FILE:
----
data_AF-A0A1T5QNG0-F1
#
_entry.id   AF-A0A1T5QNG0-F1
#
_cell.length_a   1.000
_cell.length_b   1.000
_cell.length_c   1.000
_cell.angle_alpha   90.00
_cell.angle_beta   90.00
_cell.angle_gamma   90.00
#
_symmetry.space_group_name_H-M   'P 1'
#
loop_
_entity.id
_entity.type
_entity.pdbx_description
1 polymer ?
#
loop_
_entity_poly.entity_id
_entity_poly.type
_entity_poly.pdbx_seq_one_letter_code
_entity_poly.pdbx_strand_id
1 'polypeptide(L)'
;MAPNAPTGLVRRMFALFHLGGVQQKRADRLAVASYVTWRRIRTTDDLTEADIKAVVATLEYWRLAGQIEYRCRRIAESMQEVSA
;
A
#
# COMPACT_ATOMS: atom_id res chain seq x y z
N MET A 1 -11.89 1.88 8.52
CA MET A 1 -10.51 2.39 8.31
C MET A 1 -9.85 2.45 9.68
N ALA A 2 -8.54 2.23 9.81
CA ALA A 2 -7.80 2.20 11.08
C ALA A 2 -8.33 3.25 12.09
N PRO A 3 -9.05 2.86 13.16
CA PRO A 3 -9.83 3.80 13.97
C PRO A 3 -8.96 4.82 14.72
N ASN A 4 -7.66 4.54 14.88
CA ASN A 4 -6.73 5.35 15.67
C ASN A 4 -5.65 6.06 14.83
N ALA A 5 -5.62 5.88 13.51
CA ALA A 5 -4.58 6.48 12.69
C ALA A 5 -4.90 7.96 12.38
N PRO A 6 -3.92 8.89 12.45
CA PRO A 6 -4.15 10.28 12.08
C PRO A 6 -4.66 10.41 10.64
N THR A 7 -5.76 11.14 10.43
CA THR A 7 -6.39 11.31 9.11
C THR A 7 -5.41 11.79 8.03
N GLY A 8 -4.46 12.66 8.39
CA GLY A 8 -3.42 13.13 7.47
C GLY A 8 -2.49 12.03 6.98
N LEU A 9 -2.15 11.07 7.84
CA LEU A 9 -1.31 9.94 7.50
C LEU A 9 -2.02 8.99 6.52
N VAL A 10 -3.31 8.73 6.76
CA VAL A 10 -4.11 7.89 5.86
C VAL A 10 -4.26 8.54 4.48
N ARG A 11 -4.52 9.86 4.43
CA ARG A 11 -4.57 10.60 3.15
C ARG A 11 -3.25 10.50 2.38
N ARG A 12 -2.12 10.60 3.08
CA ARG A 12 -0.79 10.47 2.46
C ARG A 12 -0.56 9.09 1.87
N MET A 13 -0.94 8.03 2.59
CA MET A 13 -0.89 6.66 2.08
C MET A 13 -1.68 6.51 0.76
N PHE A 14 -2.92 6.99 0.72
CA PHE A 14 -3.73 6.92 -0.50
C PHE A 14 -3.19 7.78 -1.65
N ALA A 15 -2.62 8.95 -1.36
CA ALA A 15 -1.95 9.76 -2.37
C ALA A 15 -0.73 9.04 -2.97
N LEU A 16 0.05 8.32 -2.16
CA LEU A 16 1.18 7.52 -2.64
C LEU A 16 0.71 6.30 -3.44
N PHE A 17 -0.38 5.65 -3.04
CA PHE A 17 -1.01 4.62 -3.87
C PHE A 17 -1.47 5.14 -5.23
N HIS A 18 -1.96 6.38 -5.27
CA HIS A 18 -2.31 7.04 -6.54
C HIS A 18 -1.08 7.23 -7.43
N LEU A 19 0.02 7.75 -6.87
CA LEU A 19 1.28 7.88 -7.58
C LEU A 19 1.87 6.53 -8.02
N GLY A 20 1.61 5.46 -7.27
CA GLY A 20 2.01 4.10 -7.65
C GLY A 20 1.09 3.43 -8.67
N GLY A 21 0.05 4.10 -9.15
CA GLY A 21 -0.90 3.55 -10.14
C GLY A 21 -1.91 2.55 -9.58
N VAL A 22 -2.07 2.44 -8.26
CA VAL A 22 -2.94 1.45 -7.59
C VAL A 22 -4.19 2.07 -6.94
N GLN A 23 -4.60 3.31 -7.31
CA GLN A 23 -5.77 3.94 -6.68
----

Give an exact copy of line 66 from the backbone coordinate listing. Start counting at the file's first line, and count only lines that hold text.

C ARG A 12 -0.56 9.09 1.87